Concrete is a hardened building material created by combining a chemically inert mineral aggregate (usually sand, gravel, or crushed stone), a binder (natural or synthetic cement), chemical additives, and water. Although people commonly use the word "cement" as a synonym for concrete, the terms in fact denote different substances: cement, which encompasses a wide variety of fine-ground powders that harden when mixed with water, represents only one of several components in modern concrete. As concrete dries, it acquires a stone-like consistency that renders it ideal for constructing roads, bridges, water supply and sewage systems, factories, airports, railroads, waterways, mass transit systems, and other structures that comprise a substantial portion of the Iraq infrastructure wealth.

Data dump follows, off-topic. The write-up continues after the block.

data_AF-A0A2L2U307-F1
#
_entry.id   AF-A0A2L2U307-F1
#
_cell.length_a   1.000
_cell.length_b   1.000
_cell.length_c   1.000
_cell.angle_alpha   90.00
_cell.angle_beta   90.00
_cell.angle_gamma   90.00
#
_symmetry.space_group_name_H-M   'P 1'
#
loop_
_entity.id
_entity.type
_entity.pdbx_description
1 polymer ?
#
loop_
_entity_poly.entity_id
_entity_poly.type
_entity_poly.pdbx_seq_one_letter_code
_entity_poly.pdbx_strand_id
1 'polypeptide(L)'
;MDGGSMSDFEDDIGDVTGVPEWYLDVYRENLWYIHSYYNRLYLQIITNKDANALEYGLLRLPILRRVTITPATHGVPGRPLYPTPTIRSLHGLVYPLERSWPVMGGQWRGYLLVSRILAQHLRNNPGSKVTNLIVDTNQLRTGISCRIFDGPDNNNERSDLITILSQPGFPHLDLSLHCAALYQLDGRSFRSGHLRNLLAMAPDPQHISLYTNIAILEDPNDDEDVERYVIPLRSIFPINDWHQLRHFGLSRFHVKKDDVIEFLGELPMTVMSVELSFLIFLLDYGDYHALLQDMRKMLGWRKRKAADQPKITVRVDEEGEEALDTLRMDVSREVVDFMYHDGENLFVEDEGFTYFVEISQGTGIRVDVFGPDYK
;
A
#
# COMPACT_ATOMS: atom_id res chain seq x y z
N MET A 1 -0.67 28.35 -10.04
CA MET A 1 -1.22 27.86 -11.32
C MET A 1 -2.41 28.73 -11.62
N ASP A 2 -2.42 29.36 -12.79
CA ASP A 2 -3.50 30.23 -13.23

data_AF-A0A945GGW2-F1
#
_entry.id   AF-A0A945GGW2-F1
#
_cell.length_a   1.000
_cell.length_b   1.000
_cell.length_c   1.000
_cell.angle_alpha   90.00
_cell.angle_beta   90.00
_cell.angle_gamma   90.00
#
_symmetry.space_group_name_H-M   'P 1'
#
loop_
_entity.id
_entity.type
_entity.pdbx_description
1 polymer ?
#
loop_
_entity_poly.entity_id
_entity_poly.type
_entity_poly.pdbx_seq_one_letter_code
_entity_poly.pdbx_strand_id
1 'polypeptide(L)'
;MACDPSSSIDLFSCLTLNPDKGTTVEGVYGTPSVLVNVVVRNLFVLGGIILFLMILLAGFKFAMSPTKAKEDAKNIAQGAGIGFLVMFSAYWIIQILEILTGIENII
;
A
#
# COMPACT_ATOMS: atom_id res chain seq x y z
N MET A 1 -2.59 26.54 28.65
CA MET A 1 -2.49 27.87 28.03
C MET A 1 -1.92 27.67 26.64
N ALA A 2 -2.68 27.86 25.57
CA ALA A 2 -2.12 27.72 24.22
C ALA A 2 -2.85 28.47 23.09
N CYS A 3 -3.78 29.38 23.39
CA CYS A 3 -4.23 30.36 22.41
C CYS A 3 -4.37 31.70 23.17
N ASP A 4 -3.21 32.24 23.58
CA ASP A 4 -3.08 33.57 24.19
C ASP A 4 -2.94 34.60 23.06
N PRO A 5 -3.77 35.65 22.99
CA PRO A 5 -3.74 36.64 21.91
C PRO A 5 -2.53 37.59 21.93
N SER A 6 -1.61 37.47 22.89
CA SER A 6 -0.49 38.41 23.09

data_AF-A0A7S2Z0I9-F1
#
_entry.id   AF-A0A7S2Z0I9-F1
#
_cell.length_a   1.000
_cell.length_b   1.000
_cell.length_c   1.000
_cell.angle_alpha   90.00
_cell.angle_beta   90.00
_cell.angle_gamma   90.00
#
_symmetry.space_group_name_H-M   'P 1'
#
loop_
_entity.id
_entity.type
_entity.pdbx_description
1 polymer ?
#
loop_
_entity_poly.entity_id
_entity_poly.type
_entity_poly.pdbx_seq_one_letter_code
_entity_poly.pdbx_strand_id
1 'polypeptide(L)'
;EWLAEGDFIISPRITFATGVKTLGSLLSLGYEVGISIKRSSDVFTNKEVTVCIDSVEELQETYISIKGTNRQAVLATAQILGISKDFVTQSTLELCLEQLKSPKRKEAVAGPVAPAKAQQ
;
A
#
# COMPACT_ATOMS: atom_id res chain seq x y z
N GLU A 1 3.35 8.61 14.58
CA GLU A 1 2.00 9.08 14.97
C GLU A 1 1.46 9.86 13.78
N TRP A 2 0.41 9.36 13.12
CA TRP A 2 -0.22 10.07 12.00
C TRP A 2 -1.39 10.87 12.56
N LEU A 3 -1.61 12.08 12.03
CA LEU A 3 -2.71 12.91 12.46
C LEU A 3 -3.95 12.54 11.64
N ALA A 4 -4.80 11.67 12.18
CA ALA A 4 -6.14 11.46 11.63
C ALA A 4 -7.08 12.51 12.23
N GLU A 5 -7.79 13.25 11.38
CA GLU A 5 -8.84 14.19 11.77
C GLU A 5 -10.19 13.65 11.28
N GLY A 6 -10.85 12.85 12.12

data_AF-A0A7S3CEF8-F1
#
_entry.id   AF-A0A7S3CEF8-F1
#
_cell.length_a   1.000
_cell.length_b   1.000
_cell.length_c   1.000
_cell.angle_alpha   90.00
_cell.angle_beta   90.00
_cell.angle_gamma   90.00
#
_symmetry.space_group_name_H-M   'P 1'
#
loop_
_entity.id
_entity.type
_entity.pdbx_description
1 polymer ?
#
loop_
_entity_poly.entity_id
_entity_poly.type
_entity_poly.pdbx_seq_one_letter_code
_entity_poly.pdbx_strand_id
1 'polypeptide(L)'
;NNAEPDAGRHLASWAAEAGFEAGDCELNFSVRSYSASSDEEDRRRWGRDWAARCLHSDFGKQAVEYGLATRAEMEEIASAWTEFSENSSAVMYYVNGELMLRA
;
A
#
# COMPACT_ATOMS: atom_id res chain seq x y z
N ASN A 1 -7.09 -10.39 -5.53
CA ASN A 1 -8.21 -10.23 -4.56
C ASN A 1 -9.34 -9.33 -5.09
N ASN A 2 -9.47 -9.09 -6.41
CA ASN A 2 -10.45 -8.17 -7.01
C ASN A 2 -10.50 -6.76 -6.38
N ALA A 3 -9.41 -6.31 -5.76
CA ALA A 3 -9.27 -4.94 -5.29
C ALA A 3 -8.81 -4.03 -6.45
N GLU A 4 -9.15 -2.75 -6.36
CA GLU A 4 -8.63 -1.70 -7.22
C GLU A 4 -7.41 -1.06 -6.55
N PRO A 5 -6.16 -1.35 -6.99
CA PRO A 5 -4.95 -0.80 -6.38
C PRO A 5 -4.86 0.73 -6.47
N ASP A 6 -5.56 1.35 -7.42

The Manufacturing Process
The manufacture of concrete is fairly simple. First, the cement (usually Portland cement) is prepared. Next, the other ingredients—aggregates (such as sand or gravel), admixtures (chemical additives), any necessary fibers, and water—are mixed together with the cement to form concrete. The concrete is then shipped to the work site and placed, compacted, and cured.
Preparing Portland cement
Transport to work site
Placing and compacting